Following the election of Donald Trump on November 9, incidents of “hateful intimidation and harassment” have occurred in record numbers, according to the Southern Poverty Law Center (SPLC). As of November 14 the group has collected 437 reports just since the election.
“Since Donald Trump won the election we’ve seen an alarming number of hate-based incidents occur throughout the nation, some of which are no doubt stemming from Trump’s hate-filled campaign,” the SPLC said in a statement to ThinkProgress, calling the number of reports a “truly frightening number.”
This number of hate incidents is often seen over a period of five to six months, rather than less than one week. The SPLC also reported that “many incidents involved direct references to the Trump campaign and its slogans.”
Incidents have been reported at schools all across the country and range from graffiti and vandalism to verbal and physical harassment.
Racist graffiti was found in the bathroom of a Minnesota high school. Messages included, “F*ck n***ers,” “#Whitesonly,” “#Whiteamerica,” “Trump Train” and “Make America great again.”
“I went in and looked on the bathroom door and honestly was in shock,” junior Moses Karngbaye reported to WCCO CBS Minnesota. “That’s the first time I honestly felt like crying at school.”
Another junior does not “feel comfortable” at school anymore.
Natasha Nhkama, a Black female student at Baylor University, located in Waco, Texas, was shoved by a white student and told, “No n***ers allowed on the sidewalk.”
When another student came to Nhkama’s defense, the white student reportedly said, “Dude, I’m just trying to make America great again.”
A Black female student at Villanova University, located in a Philadelphia suburb, was walking through a transportation tunnel when she was assaulted by a group of white males who were shouting, “Trump! Trump! Trump!” The incident turned violent for the student, who has remained unidentified, when she was knocked to the ground and hit her head. Rev. Peter M. Donohue, Villanova’s president, was “deeply disturbed” by the incident.
At State University of New York (SUNY) Geneso, a swastika and “Trump” were spray painted on a dorm building. The incident came just hours after New York Gov. Andrew Cuomo reported a dugout had been vandalized with a swastika and the message “Make America White Again” in Wellsville, about 80 miles from Buffalo, New York.
“It is unacceptable that this is the second investigation that we have had to announce in the last several hours,” the governor said in a statement.
Also in New York, at New York University’s (NYU) Tandon School of Engineering, students found “Trump” written on the door of a prayer room for Muslim students. According to Kathleen Hamilton, a university spokesperson, the school has a large immigrant population and is “a real melting pot.”
However, despite this diversity, the NYU Muslim Students Association wrote on Facebook following the incident, “Our campus is not immune to the bigotry that grips America.”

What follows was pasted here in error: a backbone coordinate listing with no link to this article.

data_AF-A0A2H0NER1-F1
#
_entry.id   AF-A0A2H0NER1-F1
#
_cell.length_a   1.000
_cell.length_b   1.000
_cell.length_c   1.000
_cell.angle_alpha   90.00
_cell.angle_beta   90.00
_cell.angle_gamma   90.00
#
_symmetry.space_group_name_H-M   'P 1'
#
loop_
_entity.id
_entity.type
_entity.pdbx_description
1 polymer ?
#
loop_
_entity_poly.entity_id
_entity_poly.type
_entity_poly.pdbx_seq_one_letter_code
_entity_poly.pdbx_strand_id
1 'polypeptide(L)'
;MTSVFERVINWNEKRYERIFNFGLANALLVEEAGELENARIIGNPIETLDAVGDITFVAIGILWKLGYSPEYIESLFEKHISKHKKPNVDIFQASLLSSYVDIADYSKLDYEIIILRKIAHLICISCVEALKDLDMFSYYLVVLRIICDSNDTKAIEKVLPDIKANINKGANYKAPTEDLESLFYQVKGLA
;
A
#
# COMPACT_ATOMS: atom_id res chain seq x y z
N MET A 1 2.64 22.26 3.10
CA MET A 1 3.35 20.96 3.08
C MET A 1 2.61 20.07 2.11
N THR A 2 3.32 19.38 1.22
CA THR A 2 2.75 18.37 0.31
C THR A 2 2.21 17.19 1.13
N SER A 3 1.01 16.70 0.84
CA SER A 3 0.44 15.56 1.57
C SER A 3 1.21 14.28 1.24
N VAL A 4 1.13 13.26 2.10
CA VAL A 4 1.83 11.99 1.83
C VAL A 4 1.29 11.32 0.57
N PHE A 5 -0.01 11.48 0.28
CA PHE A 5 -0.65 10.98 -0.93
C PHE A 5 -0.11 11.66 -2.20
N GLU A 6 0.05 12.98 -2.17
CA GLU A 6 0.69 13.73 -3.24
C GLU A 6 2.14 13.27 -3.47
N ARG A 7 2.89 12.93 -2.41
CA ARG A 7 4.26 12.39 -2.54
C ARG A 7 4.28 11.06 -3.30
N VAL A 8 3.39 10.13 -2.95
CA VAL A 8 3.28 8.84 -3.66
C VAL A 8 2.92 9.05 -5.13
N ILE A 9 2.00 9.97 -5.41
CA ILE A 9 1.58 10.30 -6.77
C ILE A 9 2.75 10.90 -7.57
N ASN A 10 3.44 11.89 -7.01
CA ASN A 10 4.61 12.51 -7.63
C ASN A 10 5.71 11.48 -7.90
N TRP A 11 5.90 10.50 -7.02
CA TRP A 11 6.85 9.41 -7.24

In some schools, hateful tirades began as soon as Election Day and the day after. High school students in Oregon held a pro-Trump rally on Election Day. A group of 30 to 40 students displayed Trump signs and a Confederate flag and reportedly shouted at Spanish students, “Pack your bags, you’re leaving tomorrow” and “Tell your family good-bye.” Two students were suspended.
Just after the election Mara Sanchez said she went to her dorm room and found her roommate had built a “wall” dividing the room in half.
“Hey Maria, Trump won. So here’s a little preview of what is to come. #wall,” a note from her roommate read.
Sanchez posted a photo of the note and the “wall,” compiled of hangers, shoes and other miscellaneous items, on Twitter with the caption, “I walked into my room and my heart aches with pain.”
I walked into my room and my heart aches with pain. pic.twitter.com/GFD5gBmPmD
Mara Sanchez (@TRmariasanchez) November 10, 2016
While some incidents did not directly refer to President-elect Trump by name, their implications are clear. Two signs were found above water fountains at a high school in Jacksonville, Florida, with one saying “Colored” and another “Whites only”:
A Muslim student at the University of Michigan was threatened with a lighter by a man who said he would set her on fire if she did not remove her hijab.
Incidentally, it is not just students who are feeling the racially charged effects of the election. While a hate crime was not committed against him, a California history teacher is now questioning his right to free speech.
Frank Navarro was suspended this week for teaching his class about historic parallels between Trump and German dictator Adolf Hitler. Navarro has been a teacher for 40 years and won numerous awards for his research on the Holocaust. While his students said the “one-sided” history was an attack on the president-elect, Navarro insists he did not teach anything that wasn’t factual.
“This feels like we’re trying to squash free speech. Everything I talk about is factually based,” Navarro said. “They can go and check it out. It’s not propaganda or bias if it’s based on hard facts. I said [to Mountain View officials], ‘I’m not pulling these facts out of my hat. It’s based on experience and work and if I’m wrong, show we where I’m wrong.’ And there was silence.”
Superintendent Jeff Harding cited “a heightened emotional environment” in light of the election regarding the situation.